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Online Resources

iasp-pain.org

Coping with Pain
Pain Clinical Updates from the International Association for the Study of Pain (IASP)
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pain-topics.org
FDA Clarifies How to Dispose of Opioids - flush them down the toilet 
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FDA Consumer information
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cancer.org
Sexuality for the Woman with Cancer  American Cancer Society
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Sexuality for the Man with Cancer  American Cancer Society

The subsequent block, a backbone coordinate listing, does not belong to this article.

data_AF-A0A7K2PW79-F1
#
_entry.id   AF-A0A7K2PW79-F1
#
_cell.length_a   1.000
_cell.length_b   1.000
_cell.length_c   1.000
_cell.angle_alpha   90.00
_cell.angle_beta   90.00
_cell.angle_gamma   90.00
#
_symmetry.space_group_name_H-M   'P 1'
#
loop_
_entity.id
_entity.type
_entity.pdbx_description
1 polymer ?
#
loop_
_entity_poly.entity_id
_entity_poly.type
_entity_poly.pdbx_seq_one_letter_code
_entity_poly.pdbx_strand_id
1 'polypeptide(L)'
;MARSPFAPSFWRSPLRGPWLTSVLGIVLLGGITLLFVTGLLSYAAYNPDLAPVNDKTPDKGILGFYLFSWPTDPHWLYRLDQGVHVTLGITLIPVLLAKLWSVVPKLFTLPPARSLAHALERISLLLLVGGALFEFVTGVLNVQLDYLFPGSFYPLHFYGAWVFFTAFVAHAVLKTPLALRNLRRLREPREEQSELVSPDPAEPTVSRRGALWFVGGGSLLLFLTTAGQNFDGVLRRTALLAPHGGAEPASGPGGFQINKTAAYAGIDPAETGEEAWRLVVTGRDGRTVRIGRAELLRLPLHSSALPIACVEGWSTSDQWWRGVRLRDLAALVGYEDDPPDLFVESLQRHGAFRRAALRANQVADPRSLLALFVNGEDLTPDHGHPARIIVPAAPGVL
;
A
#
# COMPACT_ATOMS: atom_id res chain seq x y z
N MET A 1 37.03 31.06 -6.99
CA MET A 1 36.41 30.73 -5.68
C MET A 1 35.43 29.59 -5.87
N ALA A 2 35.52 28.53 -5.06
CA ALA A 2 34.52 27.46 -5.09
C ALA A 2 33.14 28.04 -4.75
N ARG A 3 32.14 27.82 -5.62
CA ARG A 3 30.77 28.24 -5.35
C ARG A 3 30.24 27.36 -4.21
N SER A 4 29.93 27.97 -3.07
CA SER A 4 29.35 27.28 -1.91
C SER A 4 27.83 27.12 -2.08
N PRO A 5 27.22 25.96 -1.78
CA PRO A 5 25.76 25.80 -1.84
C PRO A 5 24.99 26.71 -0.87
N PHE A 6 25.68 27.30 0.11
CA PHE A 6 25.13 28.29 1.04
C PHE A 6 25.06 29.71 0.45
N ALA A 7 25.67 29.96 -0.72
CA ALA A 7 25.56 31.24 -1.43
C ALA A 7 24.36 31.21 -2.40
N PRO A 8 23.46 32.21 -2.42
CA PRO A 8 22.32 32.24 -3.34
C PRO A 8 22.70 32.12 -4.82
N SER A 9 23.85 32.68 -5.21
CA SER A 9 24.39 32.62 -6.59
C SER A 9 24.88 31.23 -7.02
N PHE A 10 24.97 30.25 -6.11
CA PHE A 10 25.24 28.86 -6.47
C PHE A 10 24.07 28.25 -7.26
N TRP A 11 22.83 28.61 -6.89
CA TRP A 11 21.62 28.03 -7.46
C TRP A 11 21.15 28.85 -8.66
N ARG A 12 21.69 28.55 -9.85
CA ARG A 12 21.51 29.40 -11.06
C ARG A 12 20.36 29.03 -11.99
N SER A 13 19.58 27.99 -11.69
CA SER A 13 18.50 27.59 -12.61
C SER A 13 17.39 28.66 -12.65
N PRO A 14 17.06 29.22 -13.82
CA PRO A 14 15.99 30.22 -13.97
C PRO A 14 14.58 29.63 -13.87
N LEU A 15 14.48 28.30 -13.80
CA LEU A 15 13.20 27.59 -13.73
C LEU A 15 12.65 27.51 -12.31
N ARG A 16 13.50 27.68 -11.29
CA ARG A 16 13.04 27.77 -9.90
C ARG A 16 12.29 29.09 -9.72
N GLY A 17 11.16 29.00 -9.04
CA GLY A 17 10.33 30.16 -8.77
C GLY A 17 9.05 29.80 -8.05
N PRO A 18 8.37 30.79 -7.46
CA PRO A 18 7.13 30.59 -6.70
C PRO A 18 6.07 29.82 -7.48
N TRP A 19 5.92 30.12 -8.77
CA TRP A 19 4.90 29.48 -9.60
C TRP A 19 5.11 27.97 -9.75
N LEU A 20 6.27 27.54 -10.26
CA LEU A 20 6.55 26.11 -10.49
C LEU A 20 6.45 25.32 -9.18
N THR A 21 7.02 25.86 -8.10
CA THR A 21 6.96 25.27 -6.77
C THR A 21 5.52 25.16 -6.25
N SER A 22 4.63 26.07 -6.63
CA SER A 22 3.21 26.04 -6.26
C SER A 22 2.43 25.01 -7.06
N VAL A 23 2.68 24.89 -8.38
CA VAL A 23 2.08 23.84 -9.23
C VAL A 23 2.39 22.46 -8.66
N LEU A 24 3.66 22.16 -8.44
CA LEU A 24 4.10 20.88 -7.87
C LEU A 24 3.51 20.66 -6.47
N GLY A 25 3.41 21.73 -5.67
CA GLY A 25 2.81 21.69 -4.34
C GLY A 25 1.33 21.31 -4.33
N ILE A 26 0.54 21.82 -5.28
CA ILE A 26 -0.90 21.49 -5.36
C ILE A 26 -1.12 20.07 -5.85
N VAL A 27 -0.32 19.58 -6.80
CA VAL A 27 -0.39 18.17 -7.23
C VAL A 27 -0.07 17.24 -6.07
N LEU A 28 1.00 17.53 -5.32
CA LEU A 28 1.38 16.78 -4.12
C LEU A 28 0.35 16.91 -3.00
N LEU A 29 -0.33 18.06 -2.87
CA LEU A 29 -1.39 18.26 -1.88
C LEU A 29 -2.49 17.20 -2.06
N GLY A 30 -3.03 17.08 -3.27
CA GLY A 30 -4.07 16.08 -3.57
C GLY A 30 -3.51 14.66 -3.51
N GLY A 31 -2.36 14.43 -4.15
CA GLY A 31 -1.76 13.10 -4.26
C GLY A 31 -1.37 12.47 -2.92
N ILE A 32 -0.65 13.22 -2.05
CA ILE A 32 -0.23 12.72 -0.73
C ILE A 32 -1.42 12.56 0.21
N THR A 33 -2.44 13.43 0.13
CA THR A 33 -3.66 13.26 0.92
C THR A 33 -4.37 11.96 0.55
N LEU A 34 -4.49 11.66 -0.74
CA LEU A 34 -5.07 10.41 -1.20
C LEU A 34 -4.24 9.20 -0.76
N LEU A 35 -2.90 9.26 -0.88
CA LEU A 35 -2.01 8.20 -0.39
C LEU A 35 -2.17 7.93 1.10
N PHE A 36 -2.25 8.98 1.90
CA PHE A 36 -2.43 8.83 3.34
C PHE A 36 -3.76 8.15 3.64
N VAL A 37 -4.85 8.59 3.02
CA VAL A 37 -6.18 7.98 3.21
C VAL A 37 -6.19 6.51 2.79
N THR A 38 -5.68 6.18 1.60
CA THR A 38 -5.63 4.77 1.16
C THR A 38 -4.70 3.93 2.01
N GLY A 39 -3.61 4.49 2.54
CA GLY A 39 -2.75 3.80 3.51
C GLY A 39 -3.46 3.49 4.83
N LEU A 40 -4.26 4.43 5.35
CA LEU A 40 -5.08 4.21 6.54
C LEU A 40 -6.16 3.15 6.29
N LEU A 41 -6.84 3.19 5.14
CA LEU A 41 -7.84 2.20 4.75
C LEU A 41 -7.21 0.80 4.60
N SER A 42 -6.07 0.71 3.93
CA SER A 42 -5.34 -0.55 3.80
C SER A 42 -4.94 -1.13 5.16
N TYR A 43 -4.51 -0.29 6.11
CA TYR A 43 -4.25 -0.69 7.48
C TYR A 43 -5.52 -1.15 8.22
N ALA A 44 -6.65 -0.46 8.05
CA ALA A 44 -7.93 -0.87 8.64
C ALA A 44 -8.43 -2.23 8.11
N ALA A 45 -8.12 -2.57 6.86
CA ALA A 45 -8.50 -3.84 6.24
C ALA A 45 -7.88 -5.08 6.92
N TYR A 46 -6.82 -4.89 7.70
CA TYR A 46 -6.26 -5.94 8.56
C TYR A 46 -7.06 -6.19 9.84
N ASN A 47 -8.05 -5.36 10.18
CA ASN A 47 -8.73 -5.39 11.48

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cancer.gov
Sexuality and Reproductive Issues for Patients (available in English & Spanish) & Professionals 
National Cancer institute
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cancersupportivecare.com
Sexuality and Cancer
Cancer Supportive Care Programs
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Education for
Patients, Families & Survivors



Living with Grief: Making it Through the Holidays
November 12; 6:00pm - 8:00pm
Sponsored by Hospice Southeastern Connecticut
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Follow-Up Testing 101
November 18; 7:00pm - 8:15pm
Teleconference. Sponsored by Living beyond Breast Cancer
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Meetings & Continuing Education


Connecticut

November 13; 7:30am - 4:00pm
Connecticut: Meeting the Challenges of Professional Health
Wesleyan University, Middletown
Sponsored by HAVEN - Health Assistance InterVention Education Network

December 3; 8:30am - 3:30pm

Connecticut Cancer Partnership Annual Meeting 
Keynote speaker: Dr. Thomas Lynch, Jr. Yale's West Campus